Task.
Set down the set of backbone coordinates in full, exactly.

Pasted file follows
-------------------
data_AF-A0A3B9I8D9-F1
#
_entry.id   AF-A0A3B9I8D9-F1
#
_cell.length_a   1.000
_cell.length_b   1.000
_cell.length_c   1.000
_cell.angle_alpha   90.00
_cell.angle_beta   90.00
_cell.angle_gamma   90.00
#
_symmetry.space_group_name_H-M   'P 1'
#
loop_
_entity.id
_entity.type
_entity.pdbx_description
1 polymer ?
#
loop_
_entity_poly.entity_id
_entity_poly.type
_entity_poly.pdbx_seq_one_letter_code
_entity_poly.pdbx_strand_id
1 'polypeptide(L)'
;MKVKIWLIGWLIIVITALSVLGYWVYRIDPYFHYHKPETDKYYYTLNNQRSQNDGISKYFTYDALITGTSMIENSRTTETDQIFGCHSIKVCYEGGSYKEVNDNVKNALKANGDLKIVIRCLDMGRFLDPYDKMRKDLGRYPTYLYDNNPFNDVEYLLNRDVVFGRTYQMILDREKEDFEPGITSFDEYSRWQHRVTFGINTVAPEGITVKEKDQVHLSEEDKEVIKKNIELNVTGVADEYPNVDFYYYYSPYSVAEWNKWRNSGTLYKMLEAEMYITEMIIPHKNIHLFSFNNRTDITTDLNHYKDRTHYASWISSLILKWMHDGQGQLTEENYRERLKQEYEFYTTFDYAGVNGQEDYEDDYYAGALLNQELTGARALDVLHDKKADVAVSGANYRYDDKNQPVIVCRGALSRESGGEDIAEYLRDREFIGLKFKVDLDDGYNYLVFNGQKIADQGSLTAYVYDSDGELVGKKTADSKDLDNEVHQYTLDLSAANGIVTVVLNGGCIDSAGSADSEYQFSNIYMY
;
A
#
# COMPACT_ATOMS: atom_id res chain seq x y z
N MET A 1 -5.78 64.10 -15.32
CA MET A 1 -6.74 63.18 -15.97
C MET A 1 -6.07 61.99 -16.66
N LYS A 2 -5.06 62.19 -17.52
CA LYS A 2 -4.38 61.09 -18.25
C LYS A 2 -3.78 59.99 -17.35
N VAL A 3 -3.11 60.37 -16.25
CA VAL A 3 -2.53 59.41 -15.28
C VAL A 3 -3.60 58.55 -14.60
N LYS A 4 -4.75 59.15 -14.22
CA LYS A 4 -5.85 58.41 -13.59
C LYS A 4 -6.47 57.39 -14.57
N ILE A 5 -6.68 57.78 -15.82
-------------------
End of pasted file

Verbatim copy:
data_AF-A0A3B9I8D9-F1
#
_entry.id   AF-A0A3B9I8D9-F1
#
_cell.length_a   1.000
_cell.length_b   1.000
_cell.length_c   1.000
_cell.angle_alpha   90.00
_cell.angle_beta   90.00
_cell.angle_gamma   90.00
#
_symmetry.space_group_name_H-M   'P 1'
#
loop_
_entity.id
_entity.type
_entity.pdbx_description
1 polymer ?
#
loop_
_entity_poly.entity_id
_entity_poly.type
_entity_poly.pdbx_seq_one_letter_code
_entity_poly.pdbx_strand_id
1 'polypeptide(L)'
;MKVKIWLIGWLIIVITALSVLGYWVYRIDPYFHYHKPETDKYYYTLNNQRSQNDGISKYFTYDALITGTSMIENSRTTETDQIFGCHSIKVCYEGGSYKEVNDNVKNALKANGDLKIVIRCLDMGRFLDPYDKMRKDLGRYPTYLYDNNPFNDVEYLLNRDVVFGRTYQMILDREKEDFEPGITSFDEYSRWQHRVTFGINTVAPEGITVKEKDQVHLSEEDKEVIKKNIELNVTGVADEYPNVDFYYYYSPYSVAEWNKWRNSGTLYKMLEAEMYITEMIIPHKNIHLFSFNNRTDITTDLNHYKDRTHYASWISSLILKWMHDGQGQLTEENYRERLKQEYEFYTTFDYAGVNGQEDYEDDYYAGALLNQELTGARALDVLHDKKADVAVSGANYRYDDKNQPVIVCRGALSRESGGEDIAEYLRDREFIGLKFKVDLDDGYNYLVFNGQKIADQGSLTAYVYDSDGELVGKKTADSKDLDNEVHQYTLDLSAANGIVTVVLNGGCIDSAGSADSEYQFSNIYMY
;
A
#
# COMPACT_ATOMS: atom_id res chain seq x y z
N MET A 1 -5.78 64.10 -15.32
CA MET A 1 -6.74 63.18 -15.97
C MET A 1 -6.07 61.99 -16.66
N LYS A 2 -5.06 62.19 -17.52
CA LYS A 2 -4.38 61.09 -18.25
C LYS A 2 -3.78 59.99 -17.35
N VAL A 3 -3.11 60.37 -16.25
CA VAL A 3 -2.53 59.41 -15.28
C VAL A 3 -3.60 58.55 -14.60
N LYS A 4 -4.75 59.15 -14.22
CA LYS A 4 -5.85 58.41 -13.59
C LYS A 4 -6.47 57.39 -14.57
N ILE A 5 -6.68 57.78 -15.82